“There’s nothing we could know about ourselves or another that could solve the problem that other people actually exist and we are utterly depend on them.” ~ Adam Phillips
When I first began practicing yoga with others, I used to walk from my university residence to the studio in another part of town, my yoga mat bag slung over my shoulder. I would go to a class just about every day (the freedom of being a student!) and attempted to be discrete about the whole thing. “What are you carrying in the bag?” I would sometimes get asked. “An instrument?”, “A fishing rod?”, “A gun?”. “A yoga mat,” I’d say and quickly carry on away from the stranger with a perplexed look on their face.
Once I arrived at the studio, I would show my membership card at the desk, slip inside the room and sit there awkwardly until the class began. After the class, I would leave hoping to get out before anyone struck up a conversation. It wasn’t that I didn’t like other people, it’s just that I probably wasn’t comfortable with myself. My plan each time I went was to get in and get out, offering a friendly smile but nothing else. It was okay. I mean, even with this goal, there were many reasons to keep going back. But I wanted to keep my ‘yoga time’ to myself and essentially compartmentalize my practice so that it didn’t need anyone else.
Then my plan all went haywire because I made a friend. Sara was from Mexico, living in Montreal, and coming to class just as much as I was, so talking to each other was pretty much unavoidable. It wasn’t that I didn’t have friends but I didn’t have a friend that practiced yoga. She introduced me to ‘sipping’ tequila (who knew?), taught me how to make bread, and most importantly walked to and from class with me and spent hours talking about yoga, our practice, and eventually our teaching. It is only now that I realize if I hadn’t met her, I probably wouldn’t have continued. This can be said for all the other friends, students and teachers I have met along the way.
I have always had this bent in me, to draw back from the crowd and attempt to do things on my own. But again and again, I realize how ridiculous and impossible this is in all realms of my life. Yoga has been my longest relationship, love, and career path. We have been together for 18 years now. And when we stick with anything for a while, we begin to recognize how that practice and relationship can reflect back to us, our habits, our own mind, and how we engage with the rest of the world. Drawing back from the crowd is not the problem, but thinking that I can do this practice on my own is. For years, partly due to the circumstances in my life, I practiced at home by myself. This is a good skill to have but it needs to be accompanied with community.
A buzz about this same idea started to happen soon after the death of Michael Stone. If you don’t know him, get to know him a little better here and perhaps here and definitely here. In his teachings, he often spoke about the importance sangha - meaning 'community' or 'company'. The kind where you don’t just show up in the studio room, hoping no one speaks to you. It was more the supportive, evolving, and action-driven kind that he was encouraging. One, I would add, that isn't rigid, questions our blind spots and takes care of our weakest points.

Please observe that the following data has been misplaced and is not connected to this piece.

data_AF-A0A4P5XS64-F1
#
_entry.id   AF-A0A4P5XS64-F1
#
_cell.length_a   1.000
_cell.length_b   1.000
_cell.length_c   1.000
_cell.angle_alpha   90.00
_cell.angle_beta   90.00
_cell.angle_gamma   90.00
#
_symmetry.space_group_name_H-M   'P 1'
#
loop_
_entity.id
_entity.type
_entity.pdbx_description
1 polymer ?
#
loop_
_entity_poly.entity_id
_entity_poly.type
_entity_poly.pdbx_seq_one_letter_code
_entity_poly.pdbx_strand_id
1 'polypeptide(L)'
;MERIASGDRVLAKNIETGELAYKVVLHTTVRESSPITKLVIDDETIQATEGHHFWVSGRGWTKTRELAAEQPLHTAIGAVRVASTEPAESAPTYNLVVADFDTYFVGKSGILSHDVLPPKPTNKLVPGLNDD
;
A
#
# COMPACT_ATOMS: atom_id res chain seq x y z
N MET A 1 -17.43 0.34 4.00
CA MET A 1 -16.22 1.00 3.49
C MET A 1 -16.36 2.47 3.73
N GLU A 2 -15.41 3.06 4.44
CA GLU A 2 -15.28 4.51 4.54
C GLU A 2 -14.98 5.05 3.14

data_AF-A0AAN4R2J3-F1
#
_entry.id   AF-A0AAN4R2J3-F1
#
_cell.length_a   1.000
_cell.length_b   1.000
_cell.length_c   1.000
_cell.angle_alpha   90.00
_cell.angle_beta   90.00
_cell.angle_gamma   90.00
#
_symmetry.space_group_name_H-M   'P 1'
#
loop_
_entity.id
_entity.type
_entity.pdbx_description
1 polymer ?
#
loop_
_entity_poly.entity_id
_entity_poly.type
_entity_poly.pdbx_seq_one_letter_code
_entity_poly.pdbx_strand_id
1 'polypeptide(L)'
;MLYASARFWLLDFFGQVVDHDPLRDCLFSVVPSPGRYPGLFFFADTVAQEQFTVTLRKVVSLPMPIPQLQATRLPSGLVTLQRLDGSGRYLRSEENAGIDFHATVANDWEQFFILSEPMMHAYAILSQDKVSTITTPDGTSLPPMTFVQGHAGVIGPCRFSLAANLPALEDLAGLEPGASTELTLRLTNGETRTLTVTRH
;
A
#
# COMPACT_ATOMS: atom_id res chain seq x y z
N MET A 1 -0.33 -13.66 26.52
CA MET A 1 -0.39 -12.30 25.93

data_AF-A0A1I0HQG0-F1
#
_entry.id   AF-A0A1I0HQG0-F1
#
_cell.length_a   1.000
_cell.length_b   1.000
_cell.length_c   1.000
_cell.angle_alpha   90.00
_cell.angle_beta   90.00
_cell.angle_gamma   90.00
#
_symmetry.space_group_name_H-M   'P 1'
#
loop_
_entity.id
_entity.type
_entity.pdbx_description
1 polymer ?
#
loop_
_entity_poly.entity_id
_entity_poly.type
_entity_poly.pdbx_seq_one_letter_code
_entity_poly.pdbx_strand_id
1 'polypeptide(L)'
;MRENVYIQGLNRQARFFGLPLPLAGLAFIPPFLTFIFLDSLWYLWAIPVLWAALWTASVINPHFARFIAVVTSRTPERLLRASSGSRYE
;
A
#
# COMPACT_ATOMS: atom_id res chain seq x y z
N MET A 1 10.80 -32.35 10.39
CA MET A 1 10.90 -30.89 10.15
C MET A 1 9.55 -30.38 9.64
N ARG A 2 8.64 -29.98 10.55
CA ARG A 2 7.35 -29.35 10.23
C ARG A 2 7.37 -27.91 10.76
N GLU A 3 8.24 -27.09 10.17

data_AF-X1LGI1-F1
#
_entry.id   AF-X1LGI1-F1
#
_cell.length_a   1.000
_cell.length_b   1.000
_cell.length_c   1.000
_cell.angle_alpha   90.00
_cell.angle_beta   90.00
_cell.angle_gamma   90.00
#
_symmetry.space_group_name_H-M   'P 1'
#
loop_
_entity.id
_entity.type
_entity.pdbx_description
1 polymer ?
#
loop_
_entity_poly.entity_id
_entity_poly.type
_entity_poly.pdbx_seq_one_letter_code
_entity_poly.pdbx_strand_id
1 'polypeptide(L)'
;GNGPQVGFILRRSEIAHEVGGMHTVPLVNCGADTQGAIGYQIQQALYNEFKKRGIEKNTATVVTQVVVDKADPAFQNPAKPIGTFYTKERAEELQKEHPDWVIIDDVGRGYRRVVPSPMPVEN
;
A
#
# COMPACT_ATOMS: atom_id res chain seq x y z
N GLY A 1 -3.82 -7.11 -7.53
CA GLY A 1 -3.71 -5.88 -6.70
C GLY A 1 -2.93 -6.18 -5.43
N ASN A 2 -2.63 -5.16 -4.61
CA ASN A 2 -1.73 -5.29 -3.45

In Western society, we are plagued by the idea that we should be independent individuals who should strive for a kind of self-made status. This is an era of celebrities, single parents, and entrepreneurs. These titles must become myths as these roles are all impossible to do alone. I do believe this is changing as we are recognizing how lonely and far apart we are, which is making it critical to take that much more of an effort to find connection to others. If we are part of a specific community, it should be permeable and the association should not define us completely. This was likely part of the hesitation years ago when I attempted to conceal my mat and keep my practice isolated to 1.5 hours of my day.
It all goes along with the notion of not keeping yoga on your mat. It shouldn’t stay there, in our private yoga rooms and studios, and I would insist that it can’t. You cannot practice alone, you cannot teach alone, you cannot parent alone, you cannot love alone. This ultimate path of knowing ourselves cannot happen in isolation from getting to know those around us. I have a hard time with the overused example that if we are in an airplane that is going down, first we must put on our own oxygen mask and then we help others. Sometimes this analogy works but rarely do airplanes actually crash and when they do, an oxygen mask will probably not be effective in saving your life. What is far more common is that people are tired, or lonely, or sad and we try desperately to find out own oxygen mask. What works far better is that when we find ourselves unable to breathe because of isolation, we seek the company of others and we ask something like “What’s your name?” or “What are you carrying in that weird bag?” And if you really want to save a life, it helps to answer.
Image source: unknown, 1930